As a counterpoint to the above, peer pressure from contacts who use Facebook as a primary communication channel is a push to publish as much personal information as possible. The branding of the site as "social" in every possible way suggests that users who do not publish their own information are not being "social"., which carries a very heavy negative stigma in today's society. Since people want to appear more social in most situations, they will publish large amounts of information to their entire contact list. How the service operators use this information is an issue in itself, but even assuming they respect the privacy of users (as Facebook has been repeatedly shown not to) the publication of exceedingly private information to the entire contact list is harmful in itself as the user feels they are required to give up privacy to "stay in touch".

Consuming large amounts of time
Finally, Facebook and similar sites consume a very large amount of time. I have personally observed people using the site for multiple hours a day, most days of the week. This is not universal, but is sufficiently prevalent to be a possible problem, particularly as the time spent using Facebook is often interpreted by users as "time spent socializing", which is problematic in itself as it is possibly time taken from actual interpersonal contact. Again, this is not a universal problem, and mostly stems from the strong "social" branding of the service.

Given these points, I want to state my personal viewpoint clearly. I have made a strong personal decision to not use these services for "keeping in touch" with friends, at least not friends I care to keep. I prefer infrequent but personal contact to a constant feed of largely zero-content information. Yet I get constant requests to join the site, and I am left out of a lot of loops because communities I attempt to participate in communicate primarily using Facebook. I have found it is possible to manage this way and obtain information by asking people directly, but it requires a lot of effort from my side. Keeping in touch personally does require effort, and it is effort I am willing to make for my friends. However, I feel my social life as a non-member has been hurt somewhat by the existence and widespread use of this service. In the case of many of my friends who now live away from me, since they have started using the service I receive less personal communications that are not answers to ones of my own. I find I need to initiate communication most of the time. I find people are confused and surprised by receiving a personal email. I do not believe this is a good thing. I therefore suggest that using Facebook is dangerous and destructive to personal relationships. Don't "friend" your friends if you want to keep them.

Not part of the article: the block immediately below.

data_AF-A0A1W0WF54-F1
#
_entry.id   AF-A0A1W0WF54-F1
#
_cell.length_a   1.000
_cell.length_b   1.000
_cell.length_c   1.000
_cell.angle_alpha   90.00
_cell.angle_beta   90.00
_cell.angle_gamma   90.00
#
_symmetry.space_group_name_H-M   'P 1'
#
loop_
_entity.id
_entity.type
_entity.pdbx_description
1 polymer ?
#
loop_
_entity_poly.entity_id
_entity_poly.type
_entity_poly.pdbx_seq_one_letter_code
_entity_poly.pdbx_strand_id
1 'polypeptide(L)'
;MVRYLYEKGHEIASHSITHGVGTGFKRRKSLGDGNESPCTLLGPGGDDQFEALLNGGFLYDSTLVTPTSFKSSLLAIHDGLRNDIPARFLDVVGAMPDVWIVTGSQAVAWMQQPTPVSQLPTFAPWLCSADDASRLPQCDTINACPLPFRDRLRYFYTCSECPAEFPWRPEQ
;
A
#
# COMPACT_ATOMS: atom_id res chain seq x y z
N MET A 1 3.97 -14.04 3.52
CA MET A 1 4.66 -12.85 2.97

Six hours since I wrote this and I am already overwhelmed with feedback. Multiple noders tell me they use the site in a different way from what I've described. Some state that they restrict usage only to close friends, others go in the other direction and use it only for acquaintances. However, I still maintain that the attitude the site suggests is to "friend" many people, and this is how I see people around me use it. I'd love to hear more from noders who use it in different ways.